Popular Chinese Android Smartphone Backdoored By Manufacturer — Coolpad is the third largest smartphone builder in China, and ranks sixth worldwide with 3.7 percent global market share. It trails only Lenovo and Xiaomi in China and is the leader of China’s 4G market with 16 percent market share. Coolpad outsells Samsung and Apple in China, and has said it plans to expand globally with a goal of 60 million phones worldwide. For now, its high-end Halo Dazen phones are the only ones containing the backdoor, Palo Alto said. Backdoor enabled installation of other apps, dial numbers, send messages, and report back to the mothership. The manufacturer even ran the command-and-control nodes for the malware.
USB Driveby — dongle that plugs into USB, and tries to root the box. Specifically, when you normally plug in a mouse or keyboard into a machine, no authorization is required to begin using them. The devices can simply begin typing and clicking. We exploit this fact by sending arbitrary keystrokes meant to launch specific applications (via Spotlight/Alfred/Quicksilver), permanently evade a local firewall (Little Snitch), install a reverse shell in crontab, and even modify DNS settings without any additional permissions.
Dissent — an anonymous communication substrate intended primarily for applications built on a broadcast communication model: for example, bulletin boards, wikis, auctions, or voting. Users of an online group obtain cryptographic guarantees of sender and receiver anonymity, message integrity, disruption resistance, proportionality, and location hiding. And a pony.
The Delusions of Big Data (IEEE) — When you have large amounts of data, your appetite for hypotheses tends to get even larger. And if it’s growing faster than the statistical strength of the data, then many of your inferences are likely to be false. They are likely to be white noise.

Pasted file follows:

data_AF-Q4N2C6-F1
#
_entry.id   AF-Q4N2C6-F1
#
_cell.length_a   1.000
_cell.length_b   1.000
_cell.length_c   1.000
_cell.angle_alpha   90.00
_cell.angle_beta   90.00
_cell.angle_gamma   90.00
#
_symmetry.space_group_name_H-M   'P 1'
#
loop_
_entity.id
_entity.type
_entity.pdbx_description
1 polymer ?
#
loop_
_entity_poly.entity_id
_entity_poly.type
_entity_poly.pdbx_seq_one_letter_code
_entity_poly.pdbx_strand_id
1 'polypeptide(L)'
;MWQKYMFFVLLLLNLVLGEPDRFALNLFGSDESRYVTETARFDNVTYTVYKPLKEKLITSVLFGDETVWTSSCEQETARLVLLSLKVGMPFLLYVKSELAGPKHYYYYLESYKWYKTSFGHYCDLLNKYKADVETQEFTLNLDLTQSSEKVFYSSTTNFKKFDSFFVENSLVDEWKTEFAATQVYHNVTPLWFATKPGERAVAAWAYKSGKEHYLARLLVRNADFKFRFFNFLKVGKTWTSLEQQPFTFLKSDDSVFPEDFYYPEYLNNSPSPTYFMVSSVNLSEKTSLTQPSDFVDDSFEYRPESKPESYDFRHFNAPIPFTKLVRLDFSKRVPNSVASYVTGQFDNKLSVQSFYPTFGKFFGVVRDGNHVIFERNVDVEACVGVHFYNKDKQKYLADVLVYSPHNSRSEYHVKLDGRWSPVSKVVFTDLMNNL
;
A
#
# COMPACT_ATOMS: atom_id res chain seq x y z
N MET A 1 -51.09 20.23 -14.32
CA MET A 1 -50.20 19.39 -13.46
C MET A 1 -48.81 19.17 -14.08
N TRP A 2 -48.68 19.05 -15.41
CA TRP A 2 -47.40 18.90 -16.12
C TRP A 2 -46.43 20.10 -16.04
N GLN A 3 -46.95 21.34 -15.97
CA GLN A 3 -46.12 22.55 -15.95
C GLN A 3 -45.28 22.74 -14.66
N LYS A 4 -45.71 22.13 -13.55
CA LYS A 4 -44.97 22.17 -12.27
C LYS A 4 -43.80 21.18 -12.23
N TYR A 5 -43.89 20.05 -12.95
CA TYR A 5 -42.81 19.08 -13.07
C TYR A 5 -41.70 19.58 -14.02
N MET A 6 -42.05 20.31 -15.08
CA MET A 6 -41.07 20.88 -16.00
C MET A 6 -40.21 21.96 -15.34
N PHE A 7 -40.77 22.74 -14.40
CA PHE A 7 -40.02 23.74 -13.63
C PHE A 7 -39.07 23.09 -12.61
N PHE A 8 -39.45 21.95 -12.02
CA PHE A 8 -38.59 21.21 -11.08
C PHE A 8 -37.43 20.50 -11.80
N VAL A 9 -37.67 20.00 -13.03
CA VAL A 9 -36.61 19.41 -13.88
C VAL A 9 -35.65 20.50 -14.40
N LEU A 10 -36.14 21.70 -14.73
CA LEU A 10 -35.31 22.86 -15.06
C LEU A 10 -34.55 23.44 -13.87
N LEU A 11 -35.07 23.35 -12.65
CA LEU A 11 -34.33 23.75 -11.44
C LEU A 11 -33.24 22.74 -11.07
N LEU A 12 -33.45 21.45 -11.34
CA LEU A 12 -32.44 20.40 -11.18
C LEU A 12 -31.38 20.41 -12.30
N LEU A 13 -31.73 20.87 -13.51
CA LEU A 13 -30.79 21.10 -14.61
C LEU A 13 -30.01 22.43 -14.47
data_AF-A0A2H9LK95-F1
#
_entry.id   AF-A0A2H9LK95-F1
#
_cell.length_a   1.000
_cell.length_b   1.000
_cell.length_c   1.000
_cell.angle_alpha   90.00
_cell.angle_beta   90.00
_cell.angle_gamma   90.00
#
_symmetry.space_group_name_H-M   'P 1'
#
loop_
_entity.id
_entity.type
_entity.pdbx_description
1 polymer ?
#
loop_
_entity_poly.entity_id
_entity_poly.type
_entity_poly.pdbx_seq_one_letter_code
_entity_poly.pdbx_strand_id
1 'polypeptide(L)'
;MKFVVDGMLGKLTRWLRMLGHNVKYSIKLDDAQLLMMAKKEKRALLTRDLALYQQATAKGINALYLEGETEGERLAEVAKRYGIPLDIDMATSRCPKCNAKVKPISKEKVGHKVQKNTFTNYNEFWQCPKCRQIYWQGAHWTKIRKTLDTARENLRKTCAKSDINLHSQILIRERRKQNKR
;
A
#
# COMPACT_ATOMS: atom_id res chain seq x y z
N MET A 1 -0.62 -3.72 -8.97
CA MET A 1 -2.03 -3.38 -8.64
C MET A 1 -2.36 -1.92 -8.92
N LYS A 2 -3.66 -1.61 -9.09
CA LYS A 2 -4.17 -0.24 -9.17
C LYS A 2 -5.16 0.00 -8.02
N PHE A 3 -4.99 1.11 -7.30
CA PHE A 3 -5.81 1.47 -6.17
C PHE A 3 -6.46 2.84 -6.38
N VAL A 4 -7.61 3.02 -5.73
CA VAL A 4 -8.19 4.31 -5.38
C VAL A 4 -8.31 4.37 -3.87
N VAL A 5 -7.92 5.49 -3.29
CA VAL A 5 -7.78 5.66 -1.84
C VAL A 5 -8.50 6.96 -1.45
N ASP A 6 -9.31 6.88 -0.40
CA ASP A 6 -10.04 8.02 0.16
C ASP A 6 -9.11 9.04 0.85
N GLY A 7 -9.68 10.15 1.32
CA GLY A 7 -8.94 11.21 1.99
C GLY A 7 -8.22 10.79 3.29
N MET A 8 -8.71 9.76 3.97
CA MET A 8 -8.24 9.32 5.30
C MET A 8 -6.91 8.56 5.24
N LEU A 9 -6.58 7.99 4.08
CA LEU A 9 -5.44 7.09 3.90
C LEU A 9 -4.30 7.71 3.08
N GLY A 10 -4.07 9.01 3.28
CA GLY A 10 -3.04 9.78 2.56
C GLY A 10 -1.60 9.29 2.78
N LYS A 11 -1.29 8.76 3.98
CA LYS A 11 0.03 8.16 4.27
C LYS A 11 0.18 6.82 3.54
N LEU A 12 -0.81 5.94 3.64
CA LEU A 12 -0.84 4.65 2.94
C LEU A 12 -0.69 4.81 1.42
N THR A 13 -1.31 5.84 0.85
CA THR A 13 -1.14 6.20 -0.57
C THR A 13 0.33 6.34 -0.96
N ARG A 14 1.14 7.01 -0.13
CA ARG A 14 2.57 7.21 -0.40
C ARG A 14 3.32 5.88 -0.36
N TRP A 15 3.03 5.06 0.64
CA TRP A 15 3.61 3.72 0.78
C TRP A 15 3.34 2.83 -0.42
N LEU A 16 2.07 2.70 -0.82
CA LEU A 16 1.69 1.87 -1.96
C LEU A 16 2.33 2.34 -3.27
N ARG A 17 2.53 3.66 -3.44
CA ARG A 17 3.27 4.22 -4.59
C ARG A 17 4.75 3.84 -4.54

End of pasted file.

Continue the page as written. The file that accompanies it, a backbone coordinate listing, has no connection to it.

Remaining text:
ROSCON 2014 — slides and videos of talks from Chicago open source robotics conference.
Making Sure Crypto Stays Insecure (PDF) — Daniel J. Bernstein talk: This talk is actually a thought experiment: how could an attacker manipulate the ecosystem for insecurity?
Material Design Icons — Google’s CC-licensed (attribution, sharealike) collection of sweet, straightforward icons.
Exploring CS — Both courses are designed to teach the fundamental concepts and big ideas of computing along with coding, and to inspire kids about computer science’s creative potential to transform society.
Why Computer Literacy Is Key To Winning the 21st Century (Mother Jones) — [teaching CS to] middle and high schoolers at the UCLA Community School, an experimental new public K-12 school. “I saw this as a new frontier in the social-justice fight,” she says. “I tell my students, ‘I don’t necessarily want to teach you how to get rich. I want to teach you to be a good citizen.'”
Apple’s Secure Database for Users (Ian Waring) — excellent breakdown of how Apple have gone out of their way to make their cloud database product safe and robust. They may be slow to “the cloud” but they have decades of experience having users as customers instead of products.
End-to-End PGP in Gmail — Google releases an open source Chrome extension to enable end-to-end OpenPGP on top of gmail. This is a good thing. As noted FSF developer Ben Franklin wrote: Those who would give up awkward key signing parties to purchase temporary convenience deserve neither.
Keybase.io Writeup (Tim Bray) — Tim’s right, that removing the centralised attack point creates a usability problem. Systems that are hardest to attack are also the ones that are hardest for Normal People to use. (Can I coin this as the Torkington Conjecture, with the corollary that sufficiently stupid users are indistinguishable from intelligent attackers?)
The Internet of Things That Do What You Tell Them: Cory Doctorow passionately explains how computers are already entwined in our lives, which means laws that support lock-in are much more than inconveniences.